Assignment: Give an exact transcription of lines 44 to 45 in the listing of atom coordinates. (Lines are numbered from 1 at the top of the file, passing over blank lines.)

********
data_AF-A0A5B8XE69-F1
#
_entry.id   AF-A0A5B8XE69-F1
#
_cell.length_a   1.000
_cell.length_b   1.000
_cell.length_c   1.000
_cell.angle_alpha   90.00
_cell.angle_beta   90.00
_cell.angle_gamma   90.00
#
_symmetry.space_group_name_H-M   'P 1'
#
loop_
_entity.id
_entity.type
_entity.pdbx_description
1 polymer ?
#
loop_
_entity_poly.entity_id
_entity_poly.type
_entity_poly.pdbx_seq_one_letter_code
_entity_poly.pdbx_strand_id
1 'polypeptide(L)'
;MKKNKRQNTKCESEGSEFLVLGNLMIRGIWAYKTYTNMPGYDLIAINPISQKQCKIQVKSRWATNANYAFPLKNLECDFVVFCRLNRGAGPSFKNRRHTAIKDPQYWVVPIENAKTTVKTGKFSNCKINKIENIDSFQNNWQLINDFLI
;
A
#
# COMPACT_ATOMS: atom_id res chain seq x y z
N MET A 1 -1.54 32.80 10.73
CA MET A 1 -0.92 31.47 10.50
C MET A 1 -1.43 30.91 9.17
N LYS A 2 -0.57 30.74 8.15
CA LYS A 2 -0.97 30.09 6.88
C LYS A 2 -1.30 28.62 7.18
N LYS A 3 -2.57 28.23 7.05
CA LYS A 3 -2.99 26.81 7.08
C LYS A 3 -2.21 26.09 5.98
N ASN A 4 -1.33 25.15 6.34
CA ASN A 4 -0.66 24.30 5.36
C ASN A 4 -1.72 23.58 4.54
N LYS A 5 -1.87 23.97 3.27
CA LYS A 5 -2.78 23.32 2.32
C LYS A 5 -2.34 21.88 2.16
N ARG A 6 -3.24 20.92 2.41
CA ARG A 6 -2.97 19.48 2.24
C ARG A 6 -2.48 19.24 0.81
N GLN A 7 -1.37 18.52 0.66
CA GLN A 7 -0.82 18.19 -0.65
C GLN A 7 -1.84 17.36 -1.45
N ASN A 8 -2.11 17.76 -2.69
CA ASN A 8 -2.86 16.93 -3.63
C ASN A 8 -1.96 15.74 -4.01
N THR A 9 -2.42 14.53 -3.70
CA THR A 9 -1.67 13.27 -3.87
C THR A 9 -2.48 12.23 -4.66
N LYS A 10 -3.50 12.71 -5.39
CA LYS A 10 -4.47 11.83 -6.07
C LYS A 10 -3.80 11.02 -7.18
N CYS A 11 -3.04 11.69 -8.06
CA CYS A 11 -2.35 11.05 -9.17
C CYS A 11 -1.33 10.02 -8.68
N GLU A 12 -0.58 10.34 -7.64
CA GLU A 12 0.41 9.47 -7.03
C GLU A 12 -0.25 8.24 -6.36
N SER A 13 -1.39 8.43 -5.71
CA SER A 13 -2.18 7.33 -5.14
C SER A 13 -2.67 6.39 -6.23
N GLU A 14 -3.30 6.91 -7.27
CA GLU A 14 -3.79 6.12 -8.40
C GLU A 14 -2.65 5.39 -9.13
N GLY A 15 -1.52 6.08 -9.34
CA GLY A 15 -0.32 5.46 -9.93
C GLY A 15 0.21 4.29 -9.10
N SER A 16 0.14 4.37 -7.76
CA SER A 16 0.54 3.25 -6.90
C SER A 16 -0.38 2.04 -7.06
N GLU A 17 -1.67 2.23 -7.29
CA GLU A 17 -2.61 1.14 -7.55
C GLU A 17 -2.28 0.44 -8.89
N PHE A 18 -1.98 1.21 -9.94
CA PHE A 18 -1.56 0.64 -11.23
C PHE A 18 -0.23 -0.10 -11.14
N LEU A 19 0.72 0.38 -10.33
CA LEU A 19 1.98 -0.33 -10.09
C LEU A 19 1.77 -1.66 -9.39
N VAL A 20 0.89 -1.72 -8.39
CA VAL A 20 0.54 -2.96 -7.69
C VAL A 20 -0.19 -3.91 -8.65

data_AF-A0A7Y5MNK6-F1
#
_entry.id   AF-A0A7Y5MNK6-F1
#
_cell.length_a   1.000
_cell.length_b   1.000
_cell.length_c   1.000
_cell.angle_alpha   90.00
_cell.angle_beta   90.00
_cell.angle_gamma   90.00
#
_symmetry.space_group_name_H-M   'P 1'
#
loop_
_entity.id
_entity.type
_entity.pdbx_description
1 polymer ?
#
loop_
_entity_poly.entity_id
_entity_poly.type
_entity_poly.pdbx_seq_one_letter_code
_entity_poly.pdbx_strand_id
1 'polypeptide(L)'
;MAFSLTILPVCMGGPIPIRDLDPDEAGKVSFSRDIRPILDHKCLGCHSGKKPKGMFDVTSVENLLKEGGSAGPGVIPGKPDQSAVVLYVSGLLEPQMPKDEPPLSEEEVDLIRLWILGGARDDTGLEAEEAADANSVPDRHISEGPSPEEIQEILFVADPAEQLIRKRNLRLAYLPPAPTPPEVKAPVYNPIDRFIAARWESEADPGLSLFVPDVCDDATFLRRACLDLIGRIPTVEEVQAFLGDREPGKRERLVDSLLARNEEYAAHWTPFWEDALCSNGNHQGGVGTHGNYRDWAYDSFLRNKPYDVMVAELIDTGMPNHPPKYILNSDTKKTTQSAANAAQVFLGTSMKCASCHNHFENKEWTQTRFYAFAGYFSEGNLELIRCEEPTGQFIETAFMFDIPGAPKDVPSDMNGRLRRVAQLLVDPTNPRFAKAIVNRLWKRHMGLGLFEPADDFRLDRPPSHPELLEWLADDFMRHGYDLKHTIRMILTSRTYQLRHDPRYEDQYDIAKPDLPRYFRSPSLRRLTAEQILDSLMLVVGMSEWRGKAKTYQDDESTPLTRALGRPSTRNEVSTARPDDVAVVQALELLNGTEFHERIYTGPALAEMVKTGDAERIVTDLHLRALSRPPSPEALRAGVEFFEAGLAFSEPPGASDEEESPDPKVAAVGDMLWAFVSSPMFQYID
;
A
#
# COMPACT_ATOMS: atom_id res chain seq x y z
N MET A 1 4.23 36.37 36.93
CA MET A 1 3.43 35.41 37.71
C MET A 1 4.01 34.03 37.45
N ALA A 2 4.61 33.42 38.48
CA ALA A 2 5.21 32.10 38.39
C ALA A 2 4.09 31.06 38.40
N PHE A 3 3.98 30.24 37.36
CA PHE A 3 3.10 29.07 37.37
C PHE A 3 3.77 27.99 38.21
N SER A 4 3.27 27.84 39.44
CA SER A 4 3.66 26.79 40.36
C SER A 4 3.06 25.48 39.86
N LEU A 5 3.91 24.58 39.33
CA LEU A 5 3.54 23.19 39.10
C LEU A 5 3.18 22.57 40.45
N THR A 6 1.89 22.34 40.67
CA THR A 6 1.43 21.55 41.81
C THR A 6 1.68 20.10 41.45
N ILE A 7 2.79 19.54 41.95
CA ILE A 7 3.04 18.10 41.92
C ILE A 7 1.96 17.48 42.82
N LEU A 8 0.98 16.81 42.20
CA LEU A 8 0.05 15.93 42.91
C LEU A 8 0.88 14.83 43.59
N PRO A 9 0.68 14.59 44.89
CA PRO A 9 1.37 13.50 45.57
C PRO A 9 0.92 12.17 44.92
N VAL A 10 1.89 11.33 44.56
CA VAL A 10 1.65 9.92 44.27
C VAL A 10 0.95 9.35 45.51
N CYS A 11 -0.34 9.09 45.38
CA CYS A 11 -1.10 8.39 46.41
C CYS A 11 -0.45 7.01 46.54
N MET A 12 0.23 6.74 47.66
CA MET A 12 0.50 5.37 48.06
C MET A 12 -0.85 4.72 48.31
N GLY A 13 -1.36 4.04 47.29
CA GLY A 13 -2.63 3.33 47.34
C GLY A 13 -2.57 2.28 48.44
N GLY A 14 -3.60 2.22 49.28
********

CA LYS A 5 -2.78 23.32 2.32
C LYS A 5 -2.34 21.88 2.16